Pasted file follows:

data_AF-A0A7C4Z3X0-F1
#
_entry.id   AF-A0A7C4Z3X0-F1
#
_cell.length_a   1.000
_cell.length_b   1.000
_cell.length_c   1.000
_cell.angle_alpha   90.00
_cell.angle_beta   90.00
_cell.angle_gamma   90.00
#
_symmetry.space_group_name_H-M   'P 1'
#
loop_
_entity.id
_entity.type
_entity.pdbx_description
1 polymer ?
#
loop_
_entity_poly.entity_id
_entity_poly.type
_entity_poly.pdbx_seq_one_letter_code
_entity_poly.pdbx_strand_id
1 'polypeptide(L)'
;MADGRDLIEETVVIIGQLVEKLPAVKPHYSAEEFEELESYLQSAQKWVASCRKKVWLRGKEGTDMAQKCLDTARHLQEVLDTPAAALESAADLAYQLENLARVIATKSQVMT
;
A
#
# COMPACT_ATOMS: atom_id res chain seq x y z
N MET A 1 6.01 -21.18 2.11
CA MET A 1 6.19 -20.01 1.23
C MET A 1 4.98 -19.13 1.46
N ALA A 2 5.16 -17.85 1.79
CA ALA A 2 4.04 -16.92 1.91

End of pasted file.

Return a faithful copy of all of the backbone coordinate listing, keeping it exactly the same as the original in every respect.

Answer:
data_AF-A0A7C4Z3X0-F1
#
_entry.id   AF-A0A7C4Z3X0-F1
#
_cell.length_a   1.000
_cell.length_b   1.000
_cell.length_c   1.000
_cell.angle_alpha   90.00
_cell.angle_beta   90.00
_cell.angle_gamma   90.00
#
_symmetry.space_group_name_H-M   'P 1'
#
loop_
_entity.id
_entity.type
_entity.pdbx_description
1 polymer ?
#
loop_
_entity_poly.entity_id
_entity_poly.type
_entity_poly.pdbx_seq_one_letter_code
_entity_poly.pdbx_strand_id
1 'polypeptide(L)'
;MADGRDLIEETVVIIGQLVEKLPAVKPHYSAEEFEELESYLQSAQKWVASCRKKVWLRGKEGTDMAQKCLDTARHLQEVLDTPAAALESAADLAYQLENLARVIATKSQVMT
;
A
#
# COMPACT_ATOMS: atom_id res chain seq x y z
N MET A 1 6.01 -21.18 2.11
CA MET A 1 6.19 -20.01 1.23
C MET A 1 4.98 -19.13 1.46
N ALA A 2 5.16 -17.85 1.79
CA ALA A 2 4.04 -16.92 1.91